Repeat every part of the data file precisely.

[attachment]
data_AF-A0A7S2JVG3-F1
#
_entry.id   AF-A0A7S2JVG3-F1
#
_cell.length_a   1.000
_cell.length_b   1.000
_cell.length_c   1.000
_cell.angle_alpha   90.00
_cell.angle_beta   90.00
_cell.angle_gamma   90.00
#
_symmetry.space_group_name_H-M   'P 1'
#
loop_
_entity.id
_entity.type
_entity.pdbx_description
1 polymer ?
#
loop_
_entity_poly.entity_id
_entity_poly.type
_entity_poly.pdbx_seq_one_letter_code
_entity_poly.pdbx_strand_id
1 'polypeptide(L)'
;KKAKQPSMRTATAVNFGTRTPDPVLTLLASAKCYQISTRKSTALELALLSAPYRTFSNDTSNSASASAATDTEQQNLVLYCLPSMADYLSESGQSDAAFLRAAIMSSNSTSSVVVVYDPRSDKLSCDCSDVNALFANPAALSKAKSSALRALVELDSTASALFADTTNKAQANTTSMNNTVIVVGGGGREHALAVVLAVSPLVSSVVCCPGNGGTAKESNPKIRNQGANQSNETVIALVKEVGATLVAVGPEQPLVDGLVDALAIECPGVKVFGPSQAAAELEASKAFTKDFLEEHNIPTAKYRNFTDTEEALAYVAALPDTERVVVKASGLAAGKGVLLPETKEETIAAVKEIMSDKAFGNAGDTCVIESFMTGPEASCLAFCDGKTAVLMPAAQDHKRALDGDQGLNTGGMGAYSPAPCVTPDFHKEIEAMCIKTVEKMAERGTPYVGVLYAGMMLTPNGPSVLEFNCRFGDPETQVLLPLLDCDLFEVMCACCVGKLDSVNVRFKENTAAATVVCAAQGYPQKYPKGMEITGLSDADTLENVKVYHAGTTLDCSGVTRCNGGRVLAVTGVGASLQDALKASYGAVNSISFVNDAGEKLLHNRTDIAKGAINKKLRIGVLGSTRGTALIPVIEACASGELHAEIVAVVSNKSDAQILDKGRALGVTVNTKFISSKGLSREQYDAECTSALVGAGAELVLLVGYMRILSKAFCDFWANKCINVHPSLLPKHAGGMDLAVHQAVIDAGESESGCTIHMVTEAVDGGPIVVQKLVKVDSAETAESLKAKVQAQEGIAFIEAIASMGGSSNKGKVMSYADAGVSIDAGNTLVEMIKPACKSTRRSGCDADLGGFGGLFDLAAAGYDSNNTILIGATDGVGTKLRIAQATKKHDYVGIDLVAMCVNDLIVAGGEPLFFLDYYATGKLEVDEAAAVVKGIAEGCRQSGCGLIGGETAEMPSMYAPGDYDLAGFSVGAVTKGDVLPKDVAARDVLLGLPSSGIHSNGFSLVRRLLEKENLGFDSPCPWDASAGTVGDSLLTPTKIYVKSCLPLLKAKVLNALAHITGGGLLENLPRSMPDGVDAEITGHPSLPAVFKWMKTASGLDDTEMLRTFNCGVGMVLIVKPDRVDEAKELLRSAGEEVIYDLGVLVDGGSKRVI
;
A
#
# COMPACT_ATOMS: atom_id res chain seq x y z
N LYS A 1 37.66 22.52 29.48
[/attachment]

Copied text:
data_AF-A0A7S2JVG3-F1
#
_entry.id   AF-A0A7S2JVG3-F1
#
_cell.length_a   1.000
_cell.length_b   1.000
_cell.length_c   1.000
_cell.angle_alpha   90.00
_cell.angle_beta   90.00
_cell.angle_gamma   90.00
#
_symmetry.space_group_name_H-M   'P 1'
#
loop_
_entity.id
_entity.type
_entity.pdbx_description
1 polymer ?
#
loop_
_entity_poly.entity_id
_entity_poly.type
_entity_poly.pdbx_seq_one_letter_code
_entity_poly.pdbx_strand_id
1 'polypeptide(L)'
;KKAKQPSMRTATAVNFGTRTPDPVLTLLASAKCYQISTRKSTALELALLSAPYRTFSNDTSNSASASAATDTEQQNLVLYCLPSMADYLSESGQSDAAFLRAAIMSSNSTSSVVVVYDPRSDKLSCDCSDVNALFANPAALSKAKSSALRALVELDSTASALFADTTNKAQANTTSMNNTVIVVGGGGREHALAVVLAVSPLVSSVVCCPGNGGTAKESNPKIRNQGANQSNETVIALVKEVGATLVAVGPEQPLVDGLVDALAIECPGVKVFGPSQAAAELEASKAFTKDFLEEHNIPTAKYRNFTDTEEALAYVAALPDTERVVVKASGLAAGKGVLLPETKEETIAAVKEIMSDKAFGNAGDTCVIESFMTGPEASCLAFCDGKTAVLMPAAQDHKRALDGDQGLNTGGMGAYSPAPCVTPDFHKEIEAMCIKTVEKMAERGTPYVGVLYAGMMLTPNGPSVLEFNCRFGDPETQVLLPLLDCDLFEVMCACCVGKLDSVNVRFKENTAAATVVCAAQGYPQKYPKGMEITGLSDADTLENVKVYHAGTTLDCSGVTRCNGGRVLAVTGVGASLQDALKASYGAVNSISFVNDAGEKLLHNRTDIAKGAINKKLRIGVLGSTRGTALIPVIEACASGELHAEIVAVVSNKSDAQILDKGRALGVTVNTKFISSKGLSREQYDAECTSALVGAGAELVLLVGYMRILSKAFCDFWANKCINVHPSLLPKHAGGMDLAVHQAVIDAGESESGCTIHMVTEAVDGGPIVVQKLVKVDSAETAESLKAKVQAQEGIAFIEAIASMGGSSNKGKVMSYADAGVSIDAGNTLVEMIKPACKSTRRSGCDADLGGFGGLFDLAAAGYDSNNTILIGATDGVGTKLRIAQATKKHDYVGIDLVAMCVNDLIVAGGEPLFFLDYYATGKLEVDEAAAVVKGIAEGCRQSGCGLIGGETAEMPSMYAPGDYDLAGFSVGAVTKGDVLPKDVAARDVLLGLPSSGIHSNGFSLVRRLLEKENLGFDSPCPWDASAGTVGDSLLTPTKIYVKSCLPLLKAKVLNALAHITGGGLLENLPRSMPDGVDAEITGHPSLPAVFKWMKTASGLDDTEMLRTFNCGVGMVLIVKPDRVDEAKELLRSAGEEVIYDLGVLVDGGSKRVI
;
A
#
# COMPACT_ATOMS: atom_id res chain seq x y z
N LYS A 1 37.66 22.52 29.48